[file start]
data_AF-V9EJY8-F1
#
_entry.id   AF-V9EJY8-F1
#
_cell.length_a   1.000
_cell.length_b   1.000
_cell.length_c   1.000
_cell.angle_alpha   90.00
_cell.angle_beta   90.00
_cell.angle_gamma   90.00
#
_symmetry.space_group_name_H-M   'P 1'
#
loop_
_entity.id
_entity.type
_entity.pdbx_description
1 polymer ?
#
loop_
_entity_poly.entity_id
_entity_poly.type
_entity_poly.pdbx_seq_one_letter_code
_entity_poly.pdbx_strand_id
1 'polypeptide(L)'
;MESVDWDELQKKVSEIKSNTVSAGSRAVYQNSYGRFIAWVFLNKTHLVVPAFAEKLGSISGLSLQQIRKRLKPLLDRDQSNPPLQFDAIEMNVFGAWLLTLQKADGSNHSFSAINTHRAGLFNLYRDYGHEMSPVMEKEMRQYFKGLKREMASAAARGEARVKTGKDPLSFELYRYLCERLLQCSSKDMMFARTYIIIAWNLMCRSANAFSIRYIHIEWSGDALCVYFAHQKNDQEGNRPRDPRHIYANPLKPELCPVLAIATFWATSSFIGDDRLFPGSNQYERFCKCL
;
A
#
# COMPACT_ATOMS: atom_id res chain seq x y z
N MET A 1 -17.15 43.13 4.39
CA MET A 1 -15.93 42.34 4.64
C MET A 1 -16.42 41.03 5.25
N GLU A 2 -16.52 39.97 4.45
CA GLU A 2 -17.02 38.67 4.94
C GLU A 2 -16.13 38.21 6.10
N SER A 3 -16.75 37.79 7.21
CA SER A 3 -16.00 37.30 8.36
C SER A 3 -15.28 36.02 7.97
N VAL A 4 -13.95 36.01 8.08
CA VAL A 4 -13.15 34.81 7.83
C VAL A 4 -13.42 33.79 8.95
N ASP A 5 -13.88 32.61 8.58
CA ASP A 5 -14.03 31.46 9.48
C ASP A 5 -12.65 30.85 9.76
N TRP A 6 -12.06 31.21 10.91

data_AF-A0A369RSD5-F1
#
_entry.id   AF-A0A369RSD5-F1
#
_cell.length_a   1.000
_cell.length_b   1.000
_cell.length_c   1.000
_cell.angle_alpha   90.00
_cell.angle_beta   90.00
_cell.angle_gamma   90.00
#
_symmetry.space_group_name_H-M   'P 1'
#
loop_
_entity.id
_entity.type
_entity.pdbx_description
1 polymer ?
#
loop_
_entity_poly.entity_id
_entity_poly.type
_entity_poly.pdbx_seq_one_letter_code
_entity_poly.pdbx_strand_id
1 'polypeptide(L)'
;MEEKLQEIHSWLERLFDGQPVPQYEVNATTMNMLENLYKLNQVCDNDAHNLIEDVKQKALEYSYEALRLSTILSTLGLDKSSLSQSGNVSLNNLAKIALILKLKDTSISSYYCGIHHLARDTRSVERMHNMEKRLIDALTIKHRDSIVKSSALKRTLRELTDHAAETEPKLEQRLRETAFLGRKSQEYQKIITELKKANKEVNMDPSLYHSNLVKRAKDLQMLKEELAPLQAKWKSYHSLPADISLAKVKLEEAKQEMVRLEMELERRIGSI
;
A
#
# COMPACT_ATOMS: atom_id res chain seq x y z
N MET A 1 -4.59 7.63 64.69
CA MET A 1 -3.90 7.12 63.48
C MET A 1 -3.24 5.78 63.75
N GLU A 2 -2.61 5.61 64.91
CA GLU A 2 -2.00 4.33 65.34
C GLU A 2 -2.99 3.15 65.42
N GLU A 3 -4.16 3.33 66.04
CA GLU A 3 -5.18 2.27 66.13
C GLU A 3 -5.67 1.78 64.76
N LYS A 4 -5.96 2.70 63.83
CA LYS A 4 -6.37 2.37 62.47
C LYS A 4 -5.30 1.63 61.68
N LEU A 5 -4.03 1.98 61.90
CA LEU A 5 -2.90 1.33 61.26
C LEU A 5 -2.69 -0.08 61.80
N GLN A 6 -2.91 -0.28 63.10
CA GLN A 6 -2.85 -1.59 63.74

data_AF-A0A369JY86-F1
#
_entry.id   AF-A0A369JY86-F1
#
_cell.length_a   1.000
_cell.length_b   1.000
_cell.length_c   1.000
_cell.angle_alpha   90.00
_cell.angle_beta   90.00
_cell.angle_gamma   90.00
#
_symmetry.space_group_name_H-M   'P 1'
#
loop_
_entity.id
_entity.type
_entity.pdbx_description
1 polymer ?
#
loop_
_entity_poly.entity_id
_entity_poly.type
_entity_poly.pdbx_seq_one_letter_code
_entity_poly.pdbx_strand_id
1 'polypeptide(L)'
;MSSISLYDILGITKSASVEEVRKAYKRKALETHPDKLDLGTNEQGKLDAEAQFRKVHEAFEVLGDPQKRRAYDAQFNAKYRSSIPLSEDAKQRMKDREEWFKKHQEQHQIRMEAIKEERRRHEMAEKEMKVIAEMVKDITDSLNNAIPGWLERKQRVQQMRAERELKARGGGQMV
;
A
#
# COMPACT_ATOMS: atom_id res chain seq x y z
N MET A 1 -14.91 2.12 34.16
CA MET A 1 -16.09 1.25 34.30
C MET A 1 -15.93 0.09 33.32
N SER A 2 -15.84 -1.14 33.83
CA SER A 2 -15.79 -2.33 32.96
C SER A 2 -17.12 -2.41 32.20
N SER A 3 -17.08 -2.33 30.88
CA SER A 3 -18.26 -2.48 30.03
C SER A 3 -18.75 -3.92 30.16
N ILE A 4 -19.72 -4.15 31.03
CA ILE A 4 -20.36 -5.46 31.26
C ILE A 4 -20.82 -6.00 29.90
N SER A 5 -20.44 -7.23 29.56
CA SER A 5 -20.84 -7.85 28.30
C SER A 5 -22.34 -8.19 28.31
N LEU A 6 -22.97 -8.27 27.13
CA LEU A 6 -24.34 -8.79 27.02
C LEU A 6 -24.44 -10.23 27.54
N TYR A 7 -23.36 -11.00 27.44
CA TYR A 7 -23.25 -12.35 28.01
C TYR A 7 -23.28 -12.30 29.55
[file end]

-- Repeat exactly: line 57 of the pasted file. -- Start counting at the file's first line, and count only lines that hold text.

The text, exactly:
#